Battery-powered lawnmowers that operate on 24-V batteries are a fairly recent addition to the world of lawn mowing, and the batteries that come with the various models require a special charger that comes with the unit. Riding mowers that employ 12-V batteries to power their ignition systems have been around much longer. The batteries are similar to the ones you find in motorcycles, and like any vehicle batteries, they can discharge after a prolonged period of disuse. To charge one, you need a battery charger like the one you use for your car.
24-V Push Mower Batteries
Pull the battery out of its harness in the lawn mower. You usually have to press a button to release a lever while you pull.
Insert the battery in the charger that came with the lawnmower. Most manufacturers design the batteries to only into their brand of charger; if you don't have one of these, you'll have to buy one.
Plug in the charger and verify that the charging light illuminates. Often, a red light flashes and turns to flashing green to indicate that charging has started. If the light remains solid red, the battery is probably too warm to charge. Remove it and wait for 30 minutes before trying again.
Leave the battery in the charger and charger plugged in until the flashing green light turns to solid green. At this point, charging is completed and the battery is ready to use.
Push Mower Self Chargers
Some push mowers come with a plug-in charger. To charge the battery, plug the transformer into the wall, remove the safety key if applicable and insert the charger plug into the receptacle on the mower; consult your owner's manual for the location of the receptacle -- it's often on the mower handle. A red light will illuminate, indicating the battery is charging. Charging is complete when the light changes to green. It can take up to 12 hours or more to charge a fully discharged battery.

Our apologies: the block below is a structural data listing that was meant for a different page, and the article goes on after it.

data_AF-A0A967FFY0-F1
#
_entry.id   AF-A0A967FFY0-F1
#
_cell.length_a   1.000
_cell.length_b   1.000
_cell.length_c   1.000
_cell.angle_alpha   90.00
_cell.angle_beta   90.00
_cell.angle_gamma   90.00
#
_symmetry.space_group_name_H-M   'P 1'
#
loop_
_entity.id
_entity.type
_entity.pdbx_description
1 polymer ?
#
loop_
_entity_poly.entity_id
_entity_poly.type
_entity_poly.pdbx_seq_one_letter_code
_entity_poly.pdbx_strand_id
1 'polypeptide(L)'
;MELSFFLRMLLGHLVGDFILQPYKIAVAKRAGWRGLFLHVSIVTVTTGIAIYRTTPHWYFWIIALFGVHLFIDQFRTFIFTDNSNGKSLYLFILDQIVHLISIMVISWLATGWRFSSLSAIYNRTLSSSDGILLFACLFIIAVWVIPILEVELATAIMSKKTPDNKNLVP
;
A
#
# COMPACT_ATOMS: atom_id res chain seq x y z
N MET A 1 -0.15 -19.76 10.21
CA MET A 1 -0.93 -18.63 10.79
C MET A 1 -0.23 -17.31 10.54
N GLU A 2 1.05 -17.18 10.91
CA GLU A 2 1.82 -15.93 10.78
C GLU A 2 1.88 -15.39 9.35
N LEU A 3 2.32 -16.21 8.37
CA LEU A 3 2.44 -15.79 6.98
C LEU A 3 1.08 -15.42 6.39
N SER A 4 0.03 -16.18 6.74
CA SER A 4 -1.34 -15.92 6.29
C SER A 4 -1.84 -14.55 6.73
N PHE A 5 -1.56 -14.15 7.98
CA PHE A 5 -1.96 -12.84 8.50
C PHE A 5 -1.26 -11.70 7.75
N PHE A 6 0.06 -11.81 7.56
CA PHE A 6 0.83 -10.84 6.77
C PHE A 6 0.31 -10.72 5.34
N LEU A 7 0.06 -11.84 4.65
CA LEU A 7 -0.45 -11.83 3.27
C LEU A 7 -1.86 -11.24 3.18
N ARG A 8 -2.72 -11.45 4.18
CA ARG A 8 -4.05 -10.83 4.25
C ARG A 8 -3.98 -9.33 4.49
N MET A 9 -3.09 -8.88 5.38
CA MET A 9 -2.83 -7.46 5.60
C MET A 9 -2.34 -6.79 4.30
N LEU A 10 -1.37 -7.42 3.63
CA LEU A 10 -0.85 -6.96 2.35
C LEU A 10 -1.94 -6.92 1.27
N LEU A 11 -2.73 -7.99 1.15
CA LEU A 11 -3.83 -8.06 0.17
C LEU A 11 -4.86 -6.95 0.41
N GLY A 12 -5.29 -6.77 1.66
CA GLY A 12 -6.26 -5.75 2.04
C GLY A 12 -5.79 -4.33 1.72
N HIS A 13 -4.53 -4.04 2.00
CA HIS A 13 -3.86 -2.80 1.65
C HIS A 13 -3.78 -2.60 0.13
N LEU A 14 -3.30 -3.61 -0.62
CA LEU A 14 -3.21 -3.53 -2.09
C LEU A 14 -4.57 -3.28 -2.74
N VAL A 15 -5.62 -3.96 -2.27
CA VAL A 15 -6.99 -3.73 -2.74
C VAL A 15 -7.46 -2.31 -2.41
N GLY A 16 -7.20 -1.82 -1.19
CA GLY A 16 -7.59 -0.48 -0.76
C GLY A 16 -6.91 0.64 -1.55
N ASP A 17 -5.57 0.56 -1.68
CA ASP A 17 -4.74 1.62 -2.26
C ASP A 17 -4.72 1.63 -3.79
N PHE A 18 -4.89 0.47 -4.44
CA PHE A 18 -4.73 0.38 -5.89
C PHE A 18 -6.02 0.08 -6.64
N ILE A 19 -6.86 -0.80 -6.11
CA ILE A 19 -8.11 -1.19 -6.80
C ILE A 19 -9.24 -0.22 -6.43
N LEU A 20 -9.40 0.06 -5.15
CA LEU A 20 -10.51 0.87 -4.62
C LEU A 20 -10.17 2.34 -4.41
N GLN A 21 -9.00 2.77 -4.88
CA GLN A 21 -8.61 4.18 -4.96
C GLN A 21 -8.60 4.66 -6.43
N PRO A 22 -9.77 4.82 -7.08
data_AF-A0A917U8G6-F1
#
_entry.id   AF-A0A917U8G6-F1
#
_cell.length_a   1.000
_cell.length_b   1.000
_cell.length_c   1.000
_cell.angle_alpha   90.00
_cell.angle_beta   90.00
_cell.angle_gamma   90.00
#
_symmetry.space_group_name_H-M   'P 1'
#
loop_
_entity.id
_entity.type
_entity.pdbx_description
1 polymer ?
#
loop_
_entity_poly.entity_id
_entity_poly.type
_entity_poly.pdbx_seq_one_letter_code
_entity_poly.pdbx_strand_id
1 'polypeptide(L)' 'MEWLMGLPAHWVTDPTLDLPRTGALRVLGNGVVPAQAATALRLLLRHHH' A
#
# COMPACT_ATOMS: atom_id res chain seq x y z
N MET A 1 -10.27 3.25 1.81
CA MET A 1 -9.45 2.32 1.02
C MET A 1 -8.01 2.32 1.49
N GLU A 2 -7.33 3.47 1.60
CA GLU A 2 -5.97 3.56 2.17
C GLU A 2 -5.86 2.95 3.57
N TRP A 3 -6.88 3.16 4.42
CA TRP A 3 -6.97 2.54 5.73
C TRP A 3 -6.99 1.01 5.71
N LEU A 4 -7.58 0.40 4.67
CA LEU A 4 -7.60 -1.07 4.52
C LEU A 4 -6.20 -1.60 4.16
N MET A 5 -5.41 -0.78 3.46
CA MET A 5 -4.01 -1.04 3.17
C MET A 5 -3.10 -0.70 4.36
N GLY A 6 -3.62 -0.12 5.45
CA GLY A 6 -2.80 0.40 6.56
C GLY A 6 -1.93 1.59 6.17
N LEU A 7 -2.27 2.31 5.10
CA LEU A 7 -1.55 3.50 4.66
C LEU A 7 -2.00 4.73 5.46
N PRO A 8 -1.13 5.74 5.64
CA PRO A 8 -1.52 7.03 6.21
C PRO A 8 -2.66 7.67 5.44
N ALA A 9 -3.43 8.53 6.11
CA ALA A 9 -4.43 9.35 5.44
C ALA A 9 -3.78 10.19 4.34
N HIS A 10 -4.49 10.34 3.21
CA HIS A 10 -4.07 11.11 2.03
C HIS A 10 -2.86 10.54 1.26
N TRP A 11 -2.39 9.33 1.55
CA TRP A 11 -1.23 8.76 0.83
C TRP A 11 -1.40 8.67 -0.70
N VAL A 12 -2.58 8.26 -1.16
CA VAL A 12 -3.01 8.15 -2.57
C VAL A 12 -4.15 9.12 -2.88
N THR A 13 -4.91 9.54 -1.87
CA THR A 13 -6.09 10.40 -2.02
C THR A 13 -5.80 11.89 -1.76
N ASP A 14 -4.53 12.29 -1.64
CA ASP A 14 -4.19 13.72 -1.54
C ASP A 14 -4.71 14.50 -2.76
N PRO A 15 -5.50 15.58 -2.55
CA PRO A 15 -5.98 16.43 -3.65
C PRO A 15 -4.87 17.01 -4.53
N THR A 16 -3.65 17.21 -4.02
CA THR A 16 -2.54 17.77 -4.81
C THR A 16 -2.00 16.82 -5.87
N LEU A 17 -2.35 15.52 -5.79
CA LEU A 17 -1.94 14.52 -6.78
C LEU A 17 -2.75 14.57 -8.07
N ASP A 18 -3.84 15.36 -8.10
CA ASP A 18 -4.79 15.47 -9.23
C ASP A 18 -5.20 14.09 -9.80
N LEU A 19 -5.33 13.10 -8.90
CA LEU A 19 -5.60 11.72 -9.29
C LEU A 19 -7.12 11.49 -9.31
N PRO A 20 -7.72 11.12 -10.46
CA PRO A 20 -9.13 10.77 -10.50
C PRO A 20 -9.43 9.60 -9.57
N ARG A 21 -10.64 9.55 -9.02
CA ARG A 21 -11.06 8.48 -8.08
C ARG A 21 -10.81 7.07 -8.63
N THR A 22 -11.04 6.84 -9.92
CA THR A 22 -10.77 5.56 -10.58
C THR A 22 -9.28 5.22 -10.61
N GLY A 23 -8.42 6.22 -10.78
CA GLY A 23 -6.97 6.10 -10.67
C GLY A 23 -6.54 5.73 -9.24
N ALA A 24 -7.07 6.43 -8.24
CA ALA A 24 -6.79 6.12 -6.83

12-V Riding Mower Batteries
Open the battery compartment. You may need a screwdriver to do this, depending on the design of your mower.
Loosen the battery cables with a wrench and pull them off the battery terminals. Remove the cable from the positive terminal first. You can leave the battery in the mower while charging it, but if you may prefer to take it out, you can do that, too.
Set the toggle on your battery charger to 12 V. Choose a charging current of 2 amps or, if the charger has an "Automatic" current setting, choose that.
Connect the positive lead on the charger -- it's usually the red one -- to the positive battery terminal and connect the other lead to the negative battery terminal. Most chargers have alligator clips that securely latch onto the terminals.
Plug in the charger and turn it on, if it has an on/off lever. Leave it connected and plugged in for at least five hours. Many chargers turn themselves off when the battery is fully charged; if yours doesn't have that feature, don't leave it on for more than eight hours.
Unplug the charger, then disconnect the leads from the battery terminals. Replace the cables and tighten them onto the battery lugs with a wrench.